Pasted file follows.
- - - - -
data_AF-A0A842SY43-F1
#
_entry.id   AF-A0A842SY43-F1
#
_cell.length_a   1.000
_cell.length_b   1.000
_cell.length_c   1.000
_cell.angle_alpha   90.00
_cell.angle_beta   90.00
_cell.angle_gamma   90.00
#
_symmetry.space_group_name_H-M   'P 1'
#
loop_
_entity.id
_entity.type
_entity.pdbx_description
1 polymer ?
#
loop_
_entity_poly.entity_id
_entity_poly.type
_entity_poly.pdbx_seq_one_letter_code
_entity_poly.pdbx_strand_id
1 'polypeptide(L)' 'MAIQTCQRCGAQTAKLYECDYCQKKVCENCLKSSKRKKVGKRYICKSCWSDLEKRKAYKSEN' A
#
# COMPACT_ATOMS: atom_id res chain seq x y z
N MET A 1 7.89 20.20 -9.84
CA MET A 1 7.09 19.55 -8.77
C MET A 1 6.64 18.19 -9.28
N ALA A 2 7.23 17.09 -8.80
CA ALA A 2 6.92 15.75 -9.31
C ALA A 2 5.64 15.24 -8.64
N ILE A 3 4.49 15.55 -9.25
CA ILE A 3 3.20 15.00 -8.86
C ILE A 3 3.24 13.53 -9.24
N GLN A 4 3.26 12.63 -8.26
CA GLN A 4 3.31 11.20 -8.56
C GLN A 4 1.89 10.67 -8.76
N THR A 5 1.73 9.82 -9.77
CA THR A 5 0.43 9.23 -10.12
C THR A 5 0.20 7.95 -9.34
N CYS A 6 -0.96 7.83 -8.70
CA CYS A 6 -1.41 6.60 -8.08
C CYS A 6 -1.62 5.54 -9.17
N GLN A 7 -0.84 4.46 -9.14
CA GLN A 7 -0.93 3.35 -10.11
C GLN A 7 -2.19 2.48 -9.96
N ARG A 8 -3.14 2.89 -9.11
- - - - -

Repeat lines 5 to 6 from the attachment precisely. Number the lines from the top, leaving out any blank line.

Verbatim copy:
_cell.length_a   1.000
_cell.length_b   1.000